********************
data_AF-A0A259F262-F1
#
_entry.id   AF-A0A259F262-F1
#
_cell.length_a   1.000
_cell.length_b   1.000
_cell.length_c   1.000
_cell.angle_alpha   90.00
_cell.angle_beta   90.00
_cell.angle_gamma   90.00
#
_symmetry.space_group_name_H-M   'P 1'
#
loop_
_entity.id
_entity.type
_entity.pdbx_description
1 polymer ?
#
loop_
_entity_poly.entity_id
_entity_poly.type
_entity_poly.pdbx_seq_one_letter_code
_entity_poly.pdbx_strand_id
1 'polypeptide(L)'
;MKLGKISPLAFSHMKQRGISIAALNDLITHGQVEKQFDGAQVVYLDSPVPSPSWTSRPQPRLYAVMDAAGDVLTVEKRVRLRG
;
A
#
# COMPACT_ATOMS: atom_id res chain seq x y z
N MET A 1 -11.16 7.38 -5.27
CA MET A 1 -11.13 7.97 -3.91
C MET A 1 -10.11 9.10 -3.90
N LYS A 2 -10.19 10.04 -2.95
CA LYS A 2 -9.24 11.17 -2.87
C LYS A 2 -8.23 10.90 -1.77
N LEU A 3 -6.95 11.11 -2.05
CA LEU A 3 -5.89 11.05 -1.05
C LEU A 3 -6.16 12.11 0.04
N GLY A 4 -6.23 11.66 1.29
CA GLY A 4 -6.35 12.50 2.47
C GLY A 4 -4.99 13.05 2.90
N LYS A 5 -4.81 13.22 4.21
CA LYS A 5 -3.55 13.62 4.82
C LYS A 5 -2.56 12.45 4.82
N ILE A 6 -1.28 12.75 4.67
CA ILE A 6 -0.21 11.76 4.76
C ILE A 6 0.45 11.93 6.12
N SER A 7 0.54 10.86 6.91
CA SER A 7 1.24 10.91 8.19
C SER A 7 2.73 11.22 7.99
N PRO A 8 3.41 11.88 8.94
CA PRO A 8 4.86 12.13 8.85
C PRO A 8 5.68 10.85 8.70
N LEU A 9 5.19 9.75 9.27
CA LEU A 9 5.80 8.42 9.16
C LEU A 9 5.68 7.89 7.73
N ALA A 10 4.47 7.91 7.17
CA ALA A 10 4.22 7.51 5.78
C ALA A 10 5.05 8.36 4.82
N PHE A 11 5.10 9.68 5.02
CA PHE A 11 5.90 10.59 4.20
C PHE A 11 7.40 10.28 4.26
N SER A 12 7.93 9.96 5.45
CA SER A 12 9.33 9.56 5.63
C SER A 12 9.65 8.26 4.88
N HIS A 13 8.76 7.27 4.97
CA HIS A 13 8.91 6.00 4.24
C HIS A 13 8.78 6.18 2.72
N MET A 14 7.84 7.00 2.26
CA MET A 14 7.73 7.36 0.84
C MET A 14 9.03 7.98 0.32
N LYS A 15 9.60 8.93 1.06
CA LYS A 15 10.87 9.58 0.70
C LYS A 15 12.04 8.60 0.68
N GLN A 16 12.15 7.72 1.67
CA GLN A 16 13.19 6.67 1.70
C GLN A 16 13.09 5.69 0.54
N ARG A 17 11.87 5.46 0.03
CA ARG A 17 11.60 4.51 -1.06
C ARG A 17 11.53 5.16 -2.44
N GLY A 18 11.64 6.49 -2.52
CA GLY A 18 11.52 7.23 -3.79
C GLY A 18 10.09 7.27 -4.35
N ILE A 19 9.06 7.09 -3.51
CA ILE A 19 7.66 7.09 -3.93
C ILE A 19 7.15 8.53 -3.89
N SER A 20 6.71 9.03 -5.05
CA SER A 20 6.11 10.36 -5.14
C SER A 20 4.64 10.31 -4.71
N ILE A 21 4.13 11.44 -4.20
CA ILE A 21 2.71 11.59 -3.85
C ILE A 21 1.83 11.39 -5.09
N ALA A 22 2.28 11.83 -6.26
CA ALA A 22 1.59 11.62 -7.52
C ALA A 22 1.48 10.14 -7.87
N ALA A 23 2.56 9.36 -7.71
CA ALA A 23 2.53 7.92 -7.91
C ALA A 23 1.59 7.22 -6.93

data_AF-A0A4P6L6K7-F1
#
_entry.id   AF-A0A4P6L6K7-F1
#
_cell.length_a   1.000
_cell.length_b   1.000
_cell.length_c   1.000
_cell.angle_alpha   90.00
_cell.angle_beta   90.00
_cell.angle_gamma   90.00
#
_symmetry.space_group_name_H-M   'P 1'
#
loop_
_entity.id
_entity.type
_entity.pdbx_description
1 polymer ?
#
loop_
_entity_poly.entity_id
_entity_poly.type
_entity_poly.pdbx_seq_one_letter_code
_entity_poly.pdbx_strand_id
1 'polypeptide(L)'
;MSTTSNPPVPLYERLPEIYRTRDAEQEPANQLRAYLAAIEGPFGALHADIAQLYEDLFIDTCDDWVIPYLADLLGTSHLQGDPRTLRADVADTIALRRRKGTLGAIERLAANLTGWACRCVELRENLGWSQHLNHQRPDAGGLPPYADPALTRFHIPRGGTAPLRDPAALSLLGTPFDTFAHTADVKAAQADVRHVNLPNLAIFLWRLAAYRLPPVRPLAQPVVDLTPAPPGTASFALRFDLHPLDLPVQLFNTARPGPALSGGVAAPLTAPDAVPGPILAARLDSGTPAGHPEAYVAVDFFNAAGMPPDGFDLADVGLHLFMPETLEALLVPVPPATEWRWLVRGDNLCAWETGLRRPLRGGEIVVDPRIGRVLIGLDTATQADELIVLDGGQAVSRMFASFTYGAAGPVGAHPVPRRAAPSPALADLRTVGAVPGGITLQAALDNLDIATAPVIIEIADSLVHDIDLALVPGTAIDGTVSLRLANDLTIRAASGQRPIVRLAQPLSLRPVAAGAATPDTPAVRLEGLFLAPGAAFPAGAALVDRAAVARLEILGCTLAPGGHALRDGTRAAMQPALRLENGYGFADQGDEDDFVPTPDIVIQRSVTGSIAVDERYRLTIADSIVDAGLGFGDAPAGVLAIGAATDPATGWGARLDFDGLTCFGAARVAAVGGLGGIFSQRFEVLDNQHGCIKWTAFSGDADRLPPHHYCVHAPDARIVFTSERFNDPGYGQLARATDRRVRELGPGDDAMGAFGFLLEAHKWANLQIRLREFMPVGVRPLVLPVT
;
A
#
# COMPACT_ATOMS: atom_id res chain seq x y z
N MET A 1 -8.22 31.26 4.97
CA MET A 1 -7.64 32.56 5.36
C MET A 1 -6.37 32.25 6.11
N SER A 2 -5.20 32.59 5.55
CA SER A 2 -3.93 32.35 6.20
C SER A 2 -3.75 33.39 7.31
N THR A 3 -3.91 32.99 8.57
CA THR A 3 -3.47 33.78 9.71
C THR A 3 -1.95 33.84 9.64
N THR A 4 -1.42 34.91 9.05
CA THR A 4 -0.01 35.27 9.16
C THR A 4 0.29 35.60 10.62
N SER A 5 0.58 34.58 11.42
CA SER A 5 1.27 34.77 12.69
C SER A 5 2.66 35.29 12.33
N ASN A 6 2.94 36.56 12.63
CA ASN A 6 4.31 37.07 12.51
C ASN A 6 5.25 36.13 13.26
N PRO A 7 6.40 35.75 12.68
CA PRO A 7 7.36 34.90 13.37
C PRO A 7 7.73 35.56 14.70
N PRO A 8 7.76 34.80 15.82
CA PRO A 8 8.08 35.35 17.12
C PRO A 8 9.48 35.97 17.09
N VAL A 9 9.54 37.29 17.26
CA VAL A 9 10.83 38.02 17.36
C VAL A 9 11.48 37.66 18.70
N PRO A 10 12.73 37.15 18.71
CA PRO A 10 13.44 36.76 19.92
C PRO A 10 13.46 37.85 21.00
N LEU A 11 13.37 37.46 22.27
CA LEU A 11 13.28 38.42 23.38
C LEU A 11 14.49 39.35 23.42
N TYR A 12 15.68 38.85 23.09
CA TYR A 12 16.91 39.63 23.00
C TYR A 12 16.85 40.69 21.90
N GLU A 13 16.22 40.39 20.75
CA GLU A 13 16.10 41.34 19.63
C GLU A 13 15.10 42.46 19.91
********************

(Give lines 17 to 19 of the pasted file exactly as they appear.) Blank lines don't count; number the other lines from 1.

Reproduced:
_entity.pdbx_description
1 polymer ?
#